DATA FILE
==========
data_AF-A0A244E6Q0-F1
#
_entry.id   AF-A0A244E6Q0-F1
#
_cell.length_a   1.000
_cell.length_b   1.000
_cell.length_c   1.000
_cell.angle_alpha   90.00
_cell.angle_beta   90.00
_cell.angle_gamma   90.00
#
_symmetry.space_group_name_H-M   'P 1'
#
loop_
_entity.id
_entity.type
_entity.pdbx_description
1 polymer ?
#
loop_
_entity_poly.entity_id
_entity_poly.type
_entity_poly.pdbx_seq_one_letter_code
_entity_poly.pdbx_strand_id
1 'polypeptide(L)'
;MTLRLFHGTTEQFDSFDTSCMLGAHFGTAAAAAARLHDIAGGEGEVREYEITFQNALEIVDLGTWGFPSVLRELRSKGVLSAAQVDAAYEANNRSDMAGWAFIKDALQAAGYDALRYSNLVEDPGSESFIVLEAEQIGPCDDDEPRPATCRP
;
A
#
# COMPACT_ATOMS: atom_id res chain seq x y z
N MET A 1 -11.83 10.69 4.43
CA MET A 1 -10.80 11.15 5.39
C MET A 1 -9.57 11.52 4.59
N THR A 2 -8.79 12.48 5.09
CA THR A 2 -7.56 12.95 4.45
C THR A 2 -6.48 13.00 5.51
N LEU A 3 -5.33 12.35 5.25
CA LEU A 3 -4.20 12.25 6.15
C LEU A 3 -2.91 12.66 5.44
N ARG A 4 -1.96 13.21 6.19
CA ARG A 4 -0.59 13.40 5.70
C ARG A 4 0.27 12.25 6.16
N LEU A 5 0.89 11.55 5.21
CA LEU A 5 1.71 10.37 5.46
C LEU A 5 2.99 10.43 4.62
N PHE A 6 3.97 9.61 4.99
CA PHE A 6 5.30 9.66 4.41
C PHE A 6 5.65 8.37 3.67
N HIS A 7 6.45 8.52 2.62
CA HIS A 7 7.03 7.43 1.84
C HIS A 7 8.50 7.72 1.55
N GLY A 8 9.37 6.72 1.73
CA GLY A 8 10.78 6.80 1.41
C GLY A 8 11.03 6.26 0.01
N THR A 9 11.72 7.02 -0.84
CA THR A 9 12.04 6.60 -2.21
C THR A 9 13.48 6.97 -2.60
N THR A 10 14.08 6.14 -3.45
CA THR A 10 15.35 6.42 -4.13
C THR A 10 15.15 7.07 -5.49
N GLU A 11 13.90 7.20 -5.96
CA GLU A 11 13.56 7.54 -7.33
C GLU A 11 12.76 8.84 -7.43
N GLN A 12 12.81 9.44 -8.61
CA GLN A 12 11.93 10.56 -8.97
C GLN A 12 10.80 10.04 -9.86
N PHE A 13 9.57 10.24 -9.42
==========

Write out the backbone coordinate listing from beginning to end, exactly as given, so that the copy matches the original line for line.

data_AF-A0A244E6Q0-F1
#
_entry.id   AF-A0A244E6Q0-F1
#
_cell.length_a   1.000
_cell.length_b   1.000
_cell.length_c   1.000
_cell.angle_alpha   90.00
_cell.angle_beta   90.00
_cell.angle_gamma   90.00
#
_symmetry.space_group_name_H-M   'P 1'
#
loop_
_entity.id
_entity.type
_entity.pdbx_description
1 polymer ?
#
loop_
_entity_poly.entity_id
_entity_poly.type
_entity_poly.pdbx_seq_one_letter_code
_entity_poly.pdbx_strand_id
1 'polypeptide(L)'
;MTLRLFHGTTEQFDSFDTSCMLGAHFGTAAAAAARLHDIAGGEGEVREYEITFQNALEIVDLGTWGFPSVLRELRSKGVLSAAQVDAAYEANNRSDMAGWAFIKDALQAAGYDALRYSNLVEDPGSESFIVLEAEQIGPCDDDEPRPATCRP
;
A
#
# COMPACT_ATOMS: atom_id res chain seq x y z
N MET A 1 -11.83 10.69 4.43
CA MET A 1 -10.80 11.15 5.39
C MET A 1 -9.57 11.52 4.59
N THR A 2 -8.79 12.48 5.09
CA THR A 2 -7.56 12.95 4.45
C THR A 2 -6.48 13.00 5.51
N LEU A 3 -5.33 12.35 5.25
CA LEU A 3 -4.20 12.25 6.15
C LEU A 3 -2.91 12.66 5.44
N ARG A 4 -1.96 13.21 6.19
CA ARG A 4 -0.59 13.40 5.70
C ARG A 4 0.27 12.25 6.16
N LEU A 5 0.89 11.55 5.21
CA LEU A 5 1.71 10.37 5.46
C LEU A 5 2.99 10.43 4.62
N PHE A 6 3.97 9.61 4.99
CA PHE A 6 5.30 9.66 4.41
C PHE A 6 5.65 8.37 3.67
N HIS A 7 6.45 8.52 2.62
CA HIS A 7 7.03 7.43 1.84
C HIS A 7 8.50 7.72 1.55
N GLY A 8 9.37 6.72 1.73
CA GLY A 8 10.78 6.80 1.41
C GLY A 8 11.03 6.26 0.01
N THR A 9 11.72 7.02 -0.84
CA THR A 9 12.04 6.60 -2.21
C THR A 9 13.48 6.97 -2.60
N THR A 10 14.08 6.14 -3.45
CA THR A 10 15.35 6.42 -4.13
C THR A 10 15.15 7.07 -5.49
N GLU A 11 13.90 7.20 -5.96
CA GLU A 11 13.56 7.54 -7.33
C GLU A 11 12.76 8.84 -7.43
N GLN A 12 12.81 9.44 -8.61
CA GLN A 12 11.93 10.56 -8.97
C GLN A 12 10.80 10.04 -9.86
N PHE A 13 9.57 10.24 -9.42